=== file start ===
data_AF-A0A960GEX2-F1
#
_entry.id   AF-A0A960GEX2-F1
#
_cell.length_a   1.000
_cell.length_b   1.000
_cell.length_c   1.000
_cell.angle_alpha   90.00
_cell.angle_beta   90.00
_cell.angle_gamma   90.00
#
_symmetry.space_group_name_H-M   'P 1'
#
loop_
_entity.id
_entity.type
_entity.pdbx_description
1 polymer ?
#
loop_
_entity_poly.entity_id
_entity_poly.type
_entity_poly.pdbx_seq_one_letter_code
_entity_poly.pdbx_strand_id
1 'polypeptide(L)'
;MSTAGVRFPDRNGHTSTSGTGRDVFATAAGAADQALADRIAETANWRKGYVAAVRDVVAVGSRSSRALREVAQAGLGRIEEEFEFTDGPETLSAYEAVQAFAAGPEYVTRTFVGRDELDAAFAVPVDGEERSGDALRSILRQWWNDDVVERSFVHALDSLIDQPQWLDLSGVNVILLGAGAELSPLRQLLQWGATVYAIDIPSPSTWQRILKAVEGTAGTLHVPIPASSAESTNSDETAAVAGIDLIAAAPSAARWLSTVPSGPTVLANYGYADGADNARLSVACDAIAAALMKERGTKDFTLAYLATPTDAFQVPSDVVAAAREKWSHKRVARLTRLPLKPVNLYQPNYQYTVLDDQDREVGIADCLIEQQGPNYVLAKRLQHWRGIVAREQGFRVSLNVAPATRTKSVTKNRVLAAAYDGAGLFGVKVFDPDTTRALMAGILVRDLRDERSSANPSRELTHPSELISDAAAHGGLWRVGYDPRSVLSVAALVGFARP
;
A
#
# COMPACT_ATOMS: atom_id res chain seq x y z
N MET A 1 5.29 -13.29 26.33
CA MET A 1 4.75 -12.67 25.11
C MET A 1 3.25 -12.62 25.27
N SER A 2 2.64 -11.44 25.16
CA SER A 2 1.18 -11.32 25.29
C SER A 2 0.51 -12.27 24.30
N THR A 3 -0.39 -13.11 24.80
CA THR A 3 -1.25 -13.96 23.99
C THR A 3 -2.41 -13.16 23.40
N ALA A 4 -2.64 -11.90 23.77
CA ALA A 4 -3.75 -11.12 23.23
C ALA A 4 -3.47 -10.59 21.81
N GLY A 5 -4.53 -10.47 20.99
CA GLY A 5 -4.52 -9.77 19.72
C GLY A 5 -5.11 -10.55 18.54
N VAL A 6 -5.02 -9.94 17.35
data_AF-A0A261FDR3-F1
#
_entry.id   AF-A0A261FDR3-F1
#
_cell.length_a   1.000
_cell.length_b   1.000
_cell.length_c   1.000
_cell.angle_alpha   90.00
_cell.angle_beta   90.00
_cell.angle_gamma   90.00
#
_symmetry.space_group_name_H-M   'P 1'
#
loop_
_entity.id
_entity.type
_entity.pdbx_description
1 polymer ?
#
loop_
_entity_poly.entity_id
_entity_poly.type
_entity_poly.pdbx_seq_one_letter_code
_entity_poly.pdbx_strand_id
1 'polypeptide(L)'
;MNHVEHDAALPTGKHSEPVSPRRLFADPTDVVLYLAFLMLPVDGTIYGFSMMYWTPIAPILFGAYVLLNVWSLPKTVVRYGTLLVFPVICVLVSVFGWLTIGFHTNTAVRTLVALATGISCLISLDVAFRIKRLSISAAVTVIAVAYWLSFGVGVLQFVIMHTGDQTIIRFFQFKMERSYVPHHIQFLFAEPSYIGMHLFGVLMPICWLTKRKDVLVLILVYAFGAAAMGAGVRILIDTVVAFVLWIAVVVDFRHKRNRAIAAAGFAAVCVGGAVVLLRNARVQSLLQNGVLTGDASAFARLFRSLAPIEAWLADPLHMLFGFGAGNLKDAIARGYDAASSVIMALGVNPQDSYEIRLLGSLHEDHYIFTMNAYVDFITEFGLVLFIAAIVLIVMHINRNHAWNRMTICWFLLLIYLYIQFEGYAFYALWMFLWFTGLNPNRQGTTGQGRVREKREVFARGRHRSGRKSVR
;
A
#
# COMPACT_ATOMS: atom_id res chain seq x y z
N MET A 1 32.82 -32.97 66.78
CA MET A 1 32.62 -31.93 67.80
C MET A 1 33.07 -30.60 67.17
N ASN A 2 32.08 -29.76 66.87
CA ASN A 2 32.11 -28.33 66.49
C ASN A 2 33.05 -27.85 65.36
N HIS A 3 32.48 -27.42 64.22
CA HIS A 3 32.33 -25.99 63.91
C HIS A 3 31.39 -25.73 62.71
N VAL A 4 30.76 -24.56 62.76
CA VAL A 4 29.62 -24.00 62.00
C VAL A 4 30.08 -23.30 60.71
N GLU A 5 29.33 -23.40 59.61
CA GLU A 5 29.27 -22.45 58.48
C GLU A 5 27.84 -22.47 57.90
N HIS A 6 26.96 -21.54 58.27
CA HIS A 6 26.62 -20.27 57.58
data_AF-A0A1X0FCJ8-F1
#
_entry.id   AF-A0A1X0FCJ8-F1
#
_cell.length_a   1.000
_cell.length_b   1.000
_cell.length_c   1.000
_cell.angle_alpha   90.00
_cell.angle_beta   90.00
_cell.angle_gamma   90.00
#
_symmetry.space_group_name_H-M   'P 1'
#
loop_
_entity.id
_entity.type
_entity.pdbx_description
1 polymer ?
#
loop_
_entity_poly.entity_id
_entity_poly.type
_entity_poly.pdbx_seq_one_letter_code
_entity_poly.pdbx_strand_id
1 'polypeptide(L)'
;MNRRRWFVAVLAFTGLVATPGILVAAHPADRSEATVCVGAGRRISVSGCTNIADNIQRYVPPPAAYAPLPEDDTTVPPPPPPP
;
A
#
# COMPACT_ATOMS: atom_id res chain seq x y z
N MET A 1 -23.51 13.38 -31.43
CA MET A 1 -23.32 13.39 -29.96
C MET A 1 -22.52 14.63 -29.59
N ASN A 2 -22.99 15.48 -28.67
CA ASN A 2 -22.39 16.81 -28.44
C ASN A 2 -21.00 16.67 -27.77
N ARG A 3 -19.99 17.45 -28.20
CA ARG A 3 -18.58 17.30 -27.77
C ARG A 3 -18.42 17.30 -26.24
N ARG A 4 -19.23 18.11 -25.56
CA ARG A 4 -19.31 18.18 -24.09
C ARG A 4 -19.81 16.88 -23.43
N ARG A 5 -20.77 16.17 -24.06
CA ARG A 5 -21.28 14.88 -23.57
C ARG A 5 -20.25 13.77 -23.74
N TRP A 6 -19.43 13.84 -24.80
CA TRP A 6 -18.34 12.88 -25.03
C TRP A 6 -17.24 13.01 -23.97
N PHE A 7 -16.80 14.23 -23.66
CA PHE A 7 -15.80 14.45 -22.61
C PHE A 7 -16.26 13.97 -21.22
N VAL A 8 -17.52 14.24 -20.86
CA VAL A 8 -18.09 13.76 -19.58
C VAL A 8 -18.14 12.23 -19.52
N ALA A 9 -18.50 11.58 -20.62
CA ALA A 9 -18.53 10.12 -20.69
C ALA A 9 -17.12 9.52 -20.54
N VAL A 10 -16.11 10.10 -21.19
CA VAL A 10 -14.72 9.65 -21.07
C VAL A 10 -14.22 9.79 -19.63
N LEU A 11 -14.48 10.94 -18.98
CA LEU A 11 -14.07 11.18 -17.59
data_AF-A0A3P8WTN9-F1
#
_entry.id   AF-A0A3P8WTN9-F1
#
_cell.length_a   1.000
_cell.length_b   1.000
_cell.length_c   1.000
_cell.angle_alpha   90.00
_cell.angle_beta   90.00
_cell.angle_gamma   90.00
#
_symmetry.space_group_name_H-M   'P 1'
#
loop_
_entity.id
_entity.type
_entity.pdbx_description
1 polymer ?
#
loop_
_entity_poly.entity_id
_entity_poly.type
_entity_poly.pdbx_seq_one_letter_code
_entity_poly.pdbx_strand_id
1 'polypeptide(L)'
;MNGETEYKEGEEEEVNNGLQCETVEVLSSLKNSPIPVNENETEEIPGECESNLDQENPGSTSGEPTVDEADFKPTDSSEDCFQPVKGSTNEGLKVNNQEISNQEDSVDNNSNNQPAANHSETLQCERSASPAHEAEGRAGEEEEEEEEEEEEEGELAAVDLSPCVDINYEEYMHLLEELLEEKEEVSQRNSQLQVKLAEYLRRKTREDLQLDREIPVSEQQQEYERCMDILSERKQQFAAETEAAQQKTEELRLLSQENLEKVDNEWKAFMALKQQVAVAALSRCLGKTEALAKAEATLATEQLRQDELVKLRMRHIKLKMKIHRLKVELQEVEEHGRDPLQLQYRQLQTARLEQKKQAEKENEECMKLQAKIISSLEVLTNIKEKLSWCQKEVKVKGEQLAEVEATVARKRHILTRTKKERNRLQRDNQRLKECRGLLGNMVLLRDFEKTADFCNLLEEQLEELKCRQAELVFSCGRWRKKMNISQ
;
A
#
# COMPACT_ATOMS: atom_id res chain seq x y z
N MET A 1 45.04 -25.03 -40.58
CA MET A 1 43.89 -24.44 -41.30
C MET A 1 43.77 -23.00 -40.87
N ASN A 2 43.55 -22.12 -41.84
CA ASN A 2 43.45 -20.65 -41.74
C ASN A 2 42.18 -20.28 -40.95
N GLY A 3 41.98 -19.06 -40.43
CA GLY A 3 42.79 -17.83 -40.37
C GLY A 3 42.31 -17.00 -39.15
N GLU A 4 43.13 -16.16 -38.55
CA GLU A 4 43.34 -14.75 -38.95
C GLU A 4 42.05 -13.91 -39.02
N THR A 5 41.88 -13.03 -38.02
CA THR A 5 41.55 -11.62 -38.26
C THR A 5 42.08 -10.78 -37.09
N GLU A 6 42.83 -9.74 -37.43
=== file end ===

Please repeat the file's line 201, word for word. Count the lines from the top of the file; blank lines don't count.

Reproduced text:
N GLU A 6 42.83 -9.74 -37.43